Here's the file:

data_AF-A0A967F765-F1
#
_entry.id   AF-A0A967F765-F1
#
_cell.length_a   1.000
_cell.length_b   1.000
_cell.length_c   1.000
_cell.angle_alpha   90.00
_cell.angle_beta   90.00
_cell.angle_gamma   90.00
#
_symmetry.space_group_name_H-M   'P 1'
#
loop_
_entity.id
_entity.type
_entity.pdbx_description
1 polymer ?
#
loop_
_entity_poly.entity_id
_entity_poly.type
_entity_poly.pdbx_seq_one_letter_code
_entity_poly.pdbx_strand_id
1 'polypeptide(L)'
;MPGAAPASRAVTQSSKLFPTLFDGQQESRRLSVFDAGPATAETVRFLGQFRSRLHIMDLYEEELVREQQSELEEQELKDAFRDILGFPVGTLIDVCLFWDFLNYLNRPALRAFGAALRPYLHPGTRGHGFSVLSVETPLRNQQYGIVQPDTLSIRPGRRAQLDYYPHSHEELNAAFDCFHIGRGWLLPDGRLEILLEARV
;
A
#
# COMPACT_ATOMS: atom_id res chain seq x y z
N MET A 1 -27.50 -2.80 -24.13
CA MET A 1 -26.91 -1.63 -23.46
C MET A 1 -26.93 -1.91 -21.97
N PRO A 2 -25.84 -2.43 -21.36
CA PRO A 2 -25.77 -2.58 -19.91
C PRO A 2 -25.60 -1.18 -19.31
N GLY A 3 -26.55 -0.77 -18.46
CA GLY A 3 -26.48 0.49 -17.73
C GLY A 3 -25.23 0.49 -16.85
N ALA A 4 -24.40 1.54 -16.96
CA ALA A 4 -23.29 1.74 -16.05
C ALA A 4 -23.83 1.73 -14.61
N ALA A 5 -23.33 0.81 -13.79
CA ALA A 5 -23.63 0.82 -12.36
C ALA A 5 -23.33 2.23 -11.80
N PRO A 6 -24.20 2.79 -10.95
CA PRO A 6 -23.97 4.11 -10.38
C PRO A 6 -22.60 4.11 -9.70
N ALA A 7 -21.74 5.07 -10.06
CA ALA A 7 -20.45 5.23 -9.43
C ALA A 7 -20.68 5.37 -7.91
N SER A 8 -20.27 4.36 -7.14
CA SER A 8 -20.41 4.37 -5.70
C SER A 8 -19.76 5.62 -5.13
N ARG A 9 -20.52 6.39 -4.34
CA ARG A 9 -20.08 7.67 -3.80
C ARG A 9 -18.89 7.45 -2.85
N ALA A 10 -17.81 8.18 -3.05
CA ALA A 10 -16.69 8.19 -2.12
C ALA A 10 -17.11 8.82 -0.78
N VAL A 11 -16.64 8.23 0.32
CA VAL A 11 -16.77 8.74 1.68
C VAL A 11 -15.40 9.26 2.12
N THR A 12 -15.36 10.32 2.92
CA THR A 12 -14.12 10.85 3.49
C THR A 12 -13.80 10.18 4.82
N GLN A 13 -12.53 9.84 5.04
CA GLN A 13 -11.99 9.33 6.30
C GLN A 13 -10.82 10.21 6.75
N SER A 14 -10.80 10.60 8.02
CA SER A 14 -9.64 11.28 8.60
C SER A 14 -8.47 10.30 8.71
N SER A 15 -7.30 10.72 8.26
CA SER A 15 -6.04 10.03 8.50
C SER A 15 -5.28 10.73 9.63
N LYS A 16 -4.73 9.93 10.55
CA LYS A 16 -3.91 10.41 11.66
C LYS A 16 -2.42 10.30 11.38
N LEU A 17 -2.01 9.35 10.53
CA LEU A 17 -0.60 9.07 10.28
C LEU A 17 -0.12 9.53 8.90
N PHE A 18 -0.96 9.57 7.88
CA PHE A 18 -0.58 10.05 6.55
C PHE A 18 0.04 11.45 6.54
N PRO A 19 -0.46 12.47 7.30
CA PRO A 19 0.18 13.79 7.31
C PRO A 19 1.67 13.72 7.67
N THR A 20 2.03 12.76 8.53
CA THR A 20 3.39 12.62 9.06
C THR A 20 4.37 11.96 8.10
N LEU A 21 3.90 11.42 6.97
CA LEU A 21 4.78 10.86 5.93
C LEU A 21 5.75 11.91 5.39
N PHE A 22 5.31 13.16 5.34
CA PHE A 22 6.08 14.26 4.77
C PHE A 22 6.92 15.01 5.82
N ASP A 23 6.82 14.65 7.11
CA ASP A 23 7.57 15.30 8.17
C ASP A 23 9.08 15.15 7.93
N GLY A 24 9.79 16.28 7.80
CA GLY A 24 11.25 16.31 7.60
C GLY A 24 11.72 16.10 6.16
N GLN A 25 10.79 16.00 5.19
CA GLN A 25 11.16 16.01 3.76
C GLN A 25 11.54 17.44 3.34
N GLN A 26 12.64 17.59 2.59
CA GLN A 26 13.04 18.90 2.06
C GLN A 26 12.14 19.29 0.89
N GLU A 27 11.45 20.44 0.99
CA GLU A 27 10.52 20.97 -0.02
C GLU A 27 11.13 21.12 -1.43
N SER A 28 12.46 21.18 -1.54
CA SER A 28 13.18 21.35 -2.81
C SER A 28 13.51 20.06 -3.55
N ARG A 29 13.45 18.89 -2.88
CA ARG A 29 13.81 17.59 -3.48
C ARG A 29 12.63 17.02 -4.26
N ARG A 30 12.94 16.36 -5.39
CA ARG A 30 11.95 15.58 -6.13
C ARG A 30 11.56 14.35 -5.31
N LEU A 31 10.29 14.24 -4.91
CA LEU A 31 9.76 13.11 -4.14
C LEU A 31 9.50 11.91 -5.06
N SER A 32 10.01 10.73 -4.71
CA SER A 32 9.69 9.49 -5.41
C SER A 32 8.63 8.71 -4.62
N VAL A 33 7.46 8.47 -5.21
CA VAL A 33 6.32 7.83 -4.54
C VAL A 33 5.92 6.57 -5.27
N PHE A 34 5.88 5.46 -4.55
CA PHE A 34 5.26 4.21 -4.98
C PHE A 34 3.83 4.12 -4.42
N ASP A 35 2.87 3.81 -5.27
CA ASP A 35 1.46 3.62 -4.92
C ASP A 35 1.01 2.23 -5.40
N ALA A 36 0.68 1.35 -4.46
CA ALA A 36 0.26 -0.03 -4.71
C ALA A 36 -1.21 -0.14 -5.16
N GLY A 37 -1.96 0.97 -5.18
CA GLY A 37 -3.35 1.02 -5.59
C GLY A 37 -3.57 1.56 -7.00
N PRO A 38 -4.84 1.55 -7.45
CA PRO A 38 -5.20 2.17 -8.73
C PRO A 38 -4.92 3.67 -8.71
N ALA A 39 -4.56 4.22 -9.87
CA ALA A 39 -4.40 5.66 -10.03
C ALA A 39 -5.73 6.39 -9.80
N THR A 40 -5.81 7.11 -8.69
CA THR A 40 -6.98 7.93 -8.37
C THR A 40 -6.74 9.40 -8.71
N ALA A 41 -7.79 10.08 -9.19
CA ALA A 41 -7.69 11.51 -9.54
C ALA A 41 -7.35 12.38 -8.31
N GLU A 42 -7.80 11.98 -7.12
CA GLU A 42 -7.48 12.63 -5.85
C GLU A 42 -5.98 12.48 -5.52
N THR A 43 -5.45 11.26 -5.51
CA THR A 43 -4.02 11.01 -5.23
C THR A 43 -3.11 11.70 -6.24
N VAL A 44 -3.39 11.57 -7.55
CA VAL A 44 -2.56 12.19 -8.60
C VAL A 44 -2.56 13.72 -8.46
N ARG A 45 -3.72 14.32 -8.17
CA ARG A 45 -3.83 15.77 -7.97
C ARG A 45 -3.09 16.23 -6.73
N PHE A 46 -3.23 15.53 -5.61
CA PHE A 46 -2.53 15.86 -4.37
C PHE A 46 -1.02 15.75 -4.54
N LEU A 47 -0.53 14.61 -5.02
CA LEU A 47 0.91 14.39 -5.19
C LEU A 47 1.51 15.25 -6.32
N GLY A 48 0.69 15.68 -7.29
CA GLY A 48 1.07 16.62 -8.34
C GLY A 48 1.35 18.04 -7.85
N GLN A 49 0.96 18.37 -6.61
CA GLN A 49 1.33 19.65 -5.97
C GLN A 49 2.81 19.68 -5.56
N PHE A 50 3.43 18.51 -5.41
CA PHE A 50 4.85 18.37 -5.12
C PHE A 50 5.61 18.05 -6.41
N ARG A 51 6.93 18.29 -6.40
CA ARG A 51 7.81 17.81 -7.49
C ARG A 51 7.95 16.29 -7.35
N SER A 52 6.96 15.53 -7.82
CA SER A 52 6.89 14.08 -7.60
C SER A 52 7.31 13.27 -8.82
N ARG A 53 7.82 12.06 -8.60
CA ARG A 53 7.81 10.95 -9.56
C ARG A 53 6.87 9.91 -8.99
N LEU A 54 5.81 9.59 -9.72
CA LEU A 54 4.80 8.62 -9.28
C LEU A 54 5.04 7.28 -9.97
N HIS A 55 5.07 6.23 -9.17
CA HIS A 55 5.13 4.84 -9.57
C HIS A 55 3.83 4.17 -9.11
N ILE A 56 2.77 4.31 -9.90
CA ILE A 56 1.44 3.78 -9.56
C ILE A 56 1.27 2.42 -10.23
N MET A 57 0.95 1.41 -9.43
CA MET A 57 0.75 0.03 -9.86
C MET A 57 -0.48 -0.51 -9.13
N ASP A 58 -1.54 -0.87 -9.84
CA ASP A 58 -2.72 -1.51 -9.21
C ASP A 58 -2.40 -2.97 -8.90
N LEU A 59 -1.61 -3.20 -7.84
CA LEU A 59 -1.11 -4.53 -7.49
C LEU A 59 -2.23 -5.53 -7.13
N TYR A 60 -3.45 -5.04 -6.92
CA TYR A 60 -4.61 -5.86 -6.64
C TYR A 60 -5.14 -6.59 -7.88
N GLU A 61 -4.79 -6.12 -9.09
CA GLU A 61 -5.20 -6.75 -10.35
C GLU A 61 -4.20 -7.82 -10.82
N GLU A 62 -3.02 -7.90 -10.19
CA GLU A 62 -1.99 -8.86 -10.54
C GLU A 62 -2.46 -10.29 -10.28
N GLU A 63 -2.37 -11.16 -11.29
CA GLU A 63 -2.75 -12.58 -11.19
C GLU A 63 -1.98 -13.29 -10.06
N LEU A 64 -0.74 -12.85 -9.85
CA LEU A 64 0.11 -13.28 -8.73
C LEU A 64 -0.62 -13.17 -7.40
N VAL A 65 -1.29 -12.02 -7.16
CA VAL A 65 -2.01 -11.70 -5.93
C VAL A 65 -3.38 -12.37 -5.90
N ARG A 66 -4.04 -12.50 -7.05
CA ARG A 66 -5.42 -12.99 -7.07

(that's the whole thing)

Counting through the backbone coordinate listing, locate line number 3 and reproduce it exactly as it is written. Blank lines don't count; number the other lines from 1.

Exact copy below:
_entry.id   AF-A0A967F765-F1